Deciding whether a law is constitutional, interpretable, or unconstitutional
A high court has to decide whether a law is constitutional, un- constitutional, or interpretable. The voting system is runoff. Runoff voting systems can be interpreted both, as social choice functions or as mechanisms. It is known that, for universal domains of preferences, runoff voting systems have several drawbacks as social choice functions. Although in our setting the preferences are restricted to be single-peaked over three alternatives, these problems persist. Runoff mechanisms are not well-behaved either: they do not implement any Condorcet consistent social choice function in undominated subgame perfect Nash equilibria. We show, however, that some Condorcet consistent social choice functions can be implemented in dominant strategies via other simple and natural mechanisms.
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Volume (Year): 3 (2012)
Issue (Month): 1 (March)
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References listed on IDEAS
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- John Duggan & Cesar Martinelli, 1998.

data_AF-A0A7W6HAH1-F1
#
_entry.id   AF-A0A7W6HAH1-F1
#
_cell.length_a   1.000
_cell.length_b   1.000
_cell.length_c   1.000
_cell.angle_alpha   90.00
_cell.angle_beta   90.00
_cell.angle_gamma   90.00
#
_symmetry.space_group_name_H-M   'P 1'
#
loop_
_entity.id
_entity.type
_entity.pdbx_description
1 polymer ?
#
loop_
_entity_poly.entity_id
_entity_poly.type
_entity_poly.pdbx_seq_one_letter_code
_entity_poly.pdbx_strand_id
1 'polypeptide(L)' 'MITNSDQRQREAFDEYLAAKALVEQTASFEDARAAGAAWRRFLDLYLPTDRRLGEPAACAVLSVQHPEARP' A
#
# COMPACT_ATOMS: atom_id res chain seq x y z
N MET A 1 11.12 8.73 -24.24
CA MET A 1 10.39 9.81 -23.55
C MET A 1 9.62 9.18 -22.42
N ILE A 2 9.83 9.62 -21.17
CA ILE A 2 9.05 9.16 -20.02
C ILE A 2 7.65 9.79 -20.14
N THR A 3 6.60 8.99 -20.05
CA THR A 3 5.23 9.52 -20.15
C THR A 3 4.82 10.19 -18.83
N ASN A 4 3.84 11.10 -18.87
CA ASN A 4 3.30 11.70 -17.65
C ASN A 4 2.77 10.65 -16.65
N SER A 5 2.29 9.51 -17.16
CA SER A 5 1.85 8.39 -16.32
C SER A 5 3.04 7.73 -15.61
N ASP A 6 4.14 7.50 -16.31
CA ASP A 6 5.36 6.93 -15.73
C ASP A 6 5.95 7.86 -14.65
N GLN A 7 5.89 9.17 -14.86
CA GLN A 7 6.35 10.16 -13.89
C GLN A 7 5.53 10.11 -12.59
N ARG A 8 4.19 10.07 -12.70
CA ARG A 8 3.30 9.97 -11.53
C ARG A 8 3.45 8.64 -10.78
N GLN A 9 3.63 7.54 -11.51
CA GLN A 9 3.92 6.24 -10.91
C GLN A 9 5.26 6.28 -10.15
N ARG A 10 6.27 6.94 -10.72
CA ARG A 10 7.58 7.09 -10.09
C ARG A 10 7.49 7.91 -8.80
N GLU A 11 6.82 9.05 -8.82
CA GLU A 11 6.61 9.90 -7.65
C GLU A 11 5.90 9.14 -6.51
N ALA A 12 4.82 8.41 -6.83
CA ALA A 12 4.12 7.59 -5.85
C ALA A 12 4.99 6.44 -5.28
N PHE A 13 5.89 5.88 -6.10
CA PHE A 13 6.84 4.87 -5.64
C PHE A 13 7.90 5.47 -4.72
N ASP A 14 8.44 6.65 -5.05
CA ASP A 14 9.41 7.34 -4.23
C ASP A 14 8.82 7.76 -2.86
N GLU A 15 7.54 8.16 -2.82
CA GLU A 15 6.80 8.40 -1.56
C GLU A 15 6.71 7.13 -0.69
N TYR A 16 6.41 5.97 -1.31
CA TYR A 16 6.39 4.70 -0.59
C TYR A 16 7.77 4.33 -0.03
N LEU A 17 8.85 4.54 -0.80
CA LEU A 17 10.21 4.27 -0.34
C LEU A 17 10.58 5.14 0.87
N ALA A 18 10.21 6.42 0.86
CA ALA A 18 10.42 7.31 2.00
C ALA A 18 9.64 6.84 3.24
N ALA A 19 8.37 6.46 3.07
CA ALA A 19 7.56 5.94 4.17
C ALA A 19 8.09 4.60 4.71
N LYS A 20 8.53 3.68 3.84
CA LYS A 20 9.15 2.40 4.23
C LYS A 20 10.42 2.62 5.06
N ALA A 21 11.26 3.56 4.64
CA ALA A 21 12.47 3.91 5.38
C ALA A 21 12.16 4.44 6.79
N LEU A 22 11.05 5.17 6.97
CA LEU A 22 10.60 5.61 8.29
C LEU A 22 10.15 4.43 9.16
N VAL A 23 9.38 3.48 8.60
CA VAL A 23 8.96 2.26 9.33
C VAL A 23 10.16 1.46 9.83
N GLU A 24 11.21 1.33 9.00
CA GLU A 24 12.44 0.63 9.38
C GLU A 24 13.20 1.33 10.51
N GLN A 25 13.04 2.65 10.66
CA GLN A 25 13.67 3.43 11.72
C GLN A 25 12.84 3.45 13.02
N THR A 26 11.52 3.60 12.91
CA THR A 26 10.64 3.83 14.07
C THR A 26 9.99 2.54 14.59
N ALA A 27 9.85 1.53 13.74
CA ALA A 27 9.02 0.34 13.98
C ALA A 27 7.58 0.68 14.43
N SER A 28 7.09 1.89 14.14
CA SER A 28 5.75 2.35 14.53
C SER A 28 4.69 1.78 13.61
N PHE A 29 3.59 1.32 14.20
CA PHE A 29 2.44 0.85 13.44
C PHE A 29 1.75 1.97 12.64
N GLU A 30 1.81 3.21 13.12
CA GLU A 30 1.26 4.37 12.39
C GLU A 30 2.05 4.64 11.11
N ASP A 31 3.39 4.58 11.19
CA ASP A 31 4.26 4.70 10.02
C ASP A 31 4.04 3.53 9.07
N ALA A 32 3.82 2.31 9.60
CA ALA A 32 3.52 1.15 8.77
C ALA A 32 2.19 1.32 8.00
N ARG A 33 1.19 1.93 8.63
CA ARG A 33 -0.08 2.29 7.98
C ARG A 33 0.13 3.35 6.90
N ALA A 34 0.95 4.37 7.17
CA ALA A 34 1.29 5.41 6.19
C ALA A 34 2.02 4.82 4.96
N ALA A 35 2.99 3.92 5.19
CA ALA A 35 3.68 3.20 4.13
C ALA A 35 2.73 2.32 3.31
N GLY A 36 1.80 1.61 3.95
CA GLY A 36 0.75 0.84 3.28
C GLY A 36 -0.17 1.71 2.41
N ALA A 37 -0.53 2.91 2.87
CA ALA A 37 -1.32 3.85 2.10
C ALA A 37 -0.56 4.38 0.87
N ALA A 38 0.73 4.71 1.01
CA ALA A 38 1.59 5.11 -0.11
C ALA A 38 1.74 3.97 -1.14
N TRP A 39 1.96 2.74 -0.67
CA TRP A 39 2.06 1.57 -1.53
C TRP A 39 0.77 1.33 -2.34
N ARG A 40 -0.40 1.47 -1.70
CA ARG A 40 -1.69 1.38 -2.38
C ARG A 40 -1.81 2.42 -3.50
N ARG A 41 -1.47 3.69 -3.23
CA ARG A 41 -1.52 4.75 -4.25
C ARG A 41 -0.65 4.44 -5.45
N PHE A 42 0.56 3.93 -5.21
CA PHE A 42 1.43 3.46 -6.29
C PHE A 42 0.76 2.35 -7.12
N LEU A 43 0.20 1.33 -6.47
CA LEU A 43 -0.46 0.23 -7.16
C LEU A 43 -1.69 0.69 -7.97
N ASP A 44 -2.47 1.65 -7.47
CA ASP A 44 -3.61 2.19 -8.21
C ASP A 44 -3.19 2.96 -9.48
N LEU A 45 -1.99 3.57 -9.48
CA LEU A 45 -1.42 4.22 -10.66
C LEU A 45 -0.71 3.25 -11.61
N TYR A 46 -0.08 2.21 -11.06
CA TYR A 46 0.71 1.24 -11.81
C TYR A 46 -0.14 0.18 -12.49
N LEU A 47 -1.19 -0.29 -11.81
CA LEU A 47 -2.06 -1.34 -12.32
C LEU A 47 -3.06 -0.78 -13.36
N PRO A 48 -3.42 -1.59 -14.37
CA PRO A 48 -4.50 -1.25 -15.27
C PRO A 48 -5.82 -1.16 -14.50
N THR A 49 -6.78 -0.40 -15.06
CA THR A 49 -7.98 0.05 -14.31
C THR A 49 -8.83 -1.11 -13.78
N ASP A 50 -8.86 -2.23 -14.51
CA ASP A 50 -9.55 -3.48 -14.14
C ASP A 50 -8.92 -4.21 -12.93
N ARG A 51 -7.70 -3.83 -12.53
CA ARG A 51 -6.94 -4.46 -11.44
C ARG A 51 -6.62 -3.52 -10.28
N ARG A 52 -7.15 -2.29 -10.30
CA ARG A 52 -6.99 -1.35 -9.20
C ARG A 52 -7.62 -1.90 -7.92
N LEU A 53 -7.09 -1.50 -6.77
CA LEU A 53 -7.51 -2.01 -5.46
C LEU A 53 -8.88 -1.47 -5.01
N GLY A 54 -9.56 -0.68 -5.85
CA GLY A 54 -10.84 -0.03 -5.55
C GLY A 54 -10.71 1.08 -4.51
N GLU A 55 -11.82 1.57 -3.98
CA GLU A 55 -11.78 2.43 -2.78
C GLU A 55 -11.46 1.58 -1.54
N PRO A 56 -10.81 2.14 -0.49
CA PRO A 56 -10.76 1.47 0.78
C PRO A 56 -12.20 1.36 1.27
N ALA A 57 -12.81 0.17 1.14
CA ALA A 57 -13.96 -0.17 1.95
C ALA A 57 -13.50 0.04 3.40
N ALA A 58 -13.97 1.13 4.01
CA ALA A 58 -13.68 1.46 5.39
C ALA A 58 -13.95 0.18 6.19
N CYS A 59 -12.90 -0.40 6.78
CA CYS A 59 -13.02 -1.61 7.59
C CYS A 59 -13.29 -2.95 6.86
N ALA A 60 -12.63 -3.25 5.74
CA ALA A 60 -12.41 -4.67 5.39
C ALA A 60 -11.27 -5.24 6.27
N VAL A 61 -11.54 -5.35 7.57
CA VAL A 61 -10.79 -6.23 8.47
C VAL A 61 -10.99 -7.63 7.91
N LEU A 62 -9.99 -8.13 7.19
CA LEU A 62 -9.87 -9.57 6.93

"A Bayesian Model of Voting in Juries,"
Wallis Working Papers
WP14, University of Rochester - Wallis Institute of Political Economy.
- Gibbard, Allan, 1973. "Manipulation of Voting Schemes: A General Result," Econometrica, Econometric Society, vol. 41(4), pages 587-601, July.
- Bag, Parimal Kanti & Sabourian, Hamid & Winter, Eyal, 2009. "Multi-stage voting, sequential elimination and Condorcet consistency," Journal of Economic Theory, Elsevier, vol. 144(3), pages 1278-1299, May.
- Moore, John & Repullo, Rafael, 1988. "Subgame Perfect Implementation," Econometrica, Econometric Society, vol. 56(5), pages 1191-1220, September.
- Eric Maskin, 1999. "Nash Equilibrium and Welfare Optimality," Review of Economic Studies, Oxford University Press, vol. 66(1), pages 23-38.
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